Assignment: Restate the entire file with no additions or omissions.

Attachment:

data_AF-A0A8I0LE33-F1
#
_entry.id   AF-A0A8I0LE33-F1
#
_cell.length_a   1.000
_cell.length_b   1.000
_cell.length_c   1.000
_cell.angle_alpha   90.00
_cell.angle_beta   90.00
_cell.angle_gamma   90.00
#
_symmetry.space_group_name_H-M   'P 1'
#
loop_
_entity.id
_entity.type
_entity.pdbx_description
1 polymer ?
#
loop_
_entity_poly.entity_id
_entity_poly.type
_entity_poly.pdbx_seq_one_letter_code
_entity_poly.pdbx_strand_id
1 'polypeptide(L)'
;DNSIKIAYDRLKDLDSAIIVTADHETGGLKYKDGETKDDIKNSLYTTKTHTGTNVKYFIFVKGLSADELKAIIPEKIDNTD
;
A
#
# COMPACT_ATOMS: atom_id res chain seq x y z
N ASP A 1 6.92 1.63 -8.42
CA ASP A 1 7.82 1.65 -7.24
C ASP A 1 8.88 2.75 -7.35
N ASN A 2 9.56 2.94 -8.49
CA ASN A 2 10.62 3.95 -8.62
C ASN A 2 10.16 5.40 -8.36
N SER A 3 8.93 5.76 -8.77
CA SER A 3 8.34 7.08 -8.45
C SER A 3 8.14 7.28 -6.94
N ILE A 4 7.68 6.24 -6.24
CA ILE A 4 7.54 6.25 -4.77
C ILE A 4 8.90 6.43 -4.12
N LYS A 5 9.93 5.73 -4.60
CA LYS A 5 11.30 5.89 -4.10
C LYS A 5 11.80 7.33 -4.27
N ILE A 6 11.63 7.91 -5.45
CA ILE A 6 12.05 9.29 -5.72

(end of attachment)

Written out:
data_AF-A0A8I0LE33-F1
#
_entry.id   AF-A0A8I0LE33-F1
#
_cell.length_a   1.000
_cell.length_b   1.000
_cell.length_c   1.000
_cell.angle_alpha   90.00
_cell.angle_beta   90.00
_cell.angle_gamma   90.00
#
_symmetry.space_group_name_H-M   'P 1'
#
loop_
_entity.id
_entity.type
_entity.pdbx_description
1 polymer ?
#
loop_
_entity_poly.entity_id
_entity_poly.type
_entity_poly.pdbx_seq_one_letter_code
_entity_poly.pdbx_strand_id
1 'polypeptide(L)'
;DNSIKIAYDRLKDLDSAIIVTADHETGGLKYKDGETKDDIKNSLYTTKTHTGTNVKYFIFVKGLSADELKAIIPEKIDNTD
;
A
#
# COMPACT_ATOMS: atom_id res chain seq x y z
N ASP A 1 6.92 1.63 -8.42
CA ASP A 1 7.82 1.65 -7.24
C ASP A 1 8.88 2.75 -7.35
N ASN A 2 9.56 2.94 -8.49
CA ASN A 2 10.62 3.95 -8.62
C ASN A 2 10.16 5.40 -8.36
N SER A 3 8.93 5.76 -8.77
CA SER A 3 8.34 7.08 -8.45
C SER A 3 8.14 7.28 -6.94
N ILE A 4 7.68 6.24 -6.24
CA ILE A 4 7.54 6.25 -4.77
C ILE A 4 8.90 6.43 -4.12
N LYS A 5 9.93 5.73 -4.60
CA LYS A 5 11.30 5.89 -4.10
C LYS A 5 11.80 7.33 -4.27
N ILE A 6 11.63 7.91 -5.45
CA ILE A 6 12.05 9.29 -5.72